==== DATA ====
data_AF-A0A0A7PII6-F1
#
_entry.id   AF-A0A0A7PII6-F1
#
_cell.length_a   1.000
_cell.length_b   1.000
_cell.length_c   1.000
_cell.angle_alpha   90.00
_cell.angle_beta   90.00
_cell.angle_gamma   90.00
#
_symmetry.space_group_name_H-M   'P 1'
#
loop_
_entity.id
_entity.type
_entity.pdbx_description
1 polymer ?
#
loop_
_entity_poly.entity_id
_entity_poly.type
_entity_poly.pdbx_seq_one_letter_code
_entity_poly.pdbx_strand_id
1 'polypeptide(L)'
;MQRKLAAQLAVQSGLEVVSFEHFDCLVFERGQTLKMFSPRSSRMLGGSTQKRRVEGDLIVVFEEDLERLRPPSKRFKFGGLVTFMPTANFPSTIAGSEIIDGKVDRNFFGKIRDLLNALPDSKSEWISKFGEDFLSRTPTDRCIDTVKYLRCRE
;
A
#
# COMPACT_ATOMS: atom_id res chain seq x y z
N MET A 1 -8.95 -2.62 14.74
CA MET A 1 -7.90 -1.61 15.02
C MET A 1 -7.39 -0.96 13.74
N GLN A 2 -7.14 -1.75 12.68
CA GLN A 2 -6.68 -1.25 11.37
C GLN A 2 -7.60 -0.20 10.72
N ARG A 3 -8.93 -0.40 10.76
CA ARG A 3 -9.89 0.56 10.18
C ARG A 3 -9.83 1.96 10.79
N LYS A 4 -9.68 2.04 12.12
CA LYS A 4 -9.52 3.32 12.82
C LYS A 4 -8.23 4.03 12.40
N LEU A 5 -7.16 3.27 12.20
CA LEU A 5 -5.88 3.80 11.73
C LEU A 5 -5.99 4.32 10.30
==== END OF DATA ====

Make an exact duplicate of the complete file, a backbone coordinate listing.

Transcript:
data_AF-A0A0A7PII6-F1
#
_entry.id   AF-A0A0A7PII6-F1
#
_cell.length_a   1.000
_cell.length_b   1.000
_cell.length_c   1.000
_cell.angle_alpha   90.00
_cell.angle_beta   90.00
_cell.angle_gamma   90.00
#
_symmetry.space_group_name_H-M   'P 1'
#
loop_
_entity.id
_entity.type
_entity.pdbx_description
1 polymer ?
#
loop_
_entity_poly.entity_id
_entity_poly.type
_entity_poly.pdbx_seq_one_letter_code
_entity_poly.pdbx_strand_id
1 'polypeptide(L)'
;MQRKLAAQLAVQSGLEVVSFEHFDCLVFERGQTLKMFSPRSSRMLGGSTQKRRVEGDLIVVFEEDLERLRPPSKRFKFGGLVTFMPTANFPSTIAGSEIIDGKVDRNFFGKIRDLLNALPDSKSEWISKFGEDFLSRTPTDRCIDTVKYLRCRE
;
A
#
# COMPACT_ATOMS: atom_id res chain seq x y z
N MET A 1 -8.95 -2.62 14.74
CA MET A 1 -7.90 -1.61 15.02
C MET A 1 -7.39 -0.96 13.74
N GLN A 2 -7.14 -1.75 12.68
CA GLN A 2 -6.68 -1.25 11.37
C GLN A 2 -7.60 -0.20 10.72
N ARG A 3 -8.93 -0.40 10.76
CA ARG A 3 -9.89 0.56 10.18
C ARG A 3 -9.83 1.96 10.79
N LYS A 4 -9.68 2.04 12.12
CA LYS A 4 -9.52 3.32 12.82
C LYS A 4 -8.23 4.03 12.40
N LEU A 5 -7.16 3.27 12.20
CA LEU A 5 -5.88 3.80 11.73
C LEU A 5 -5.99 4.32 10.30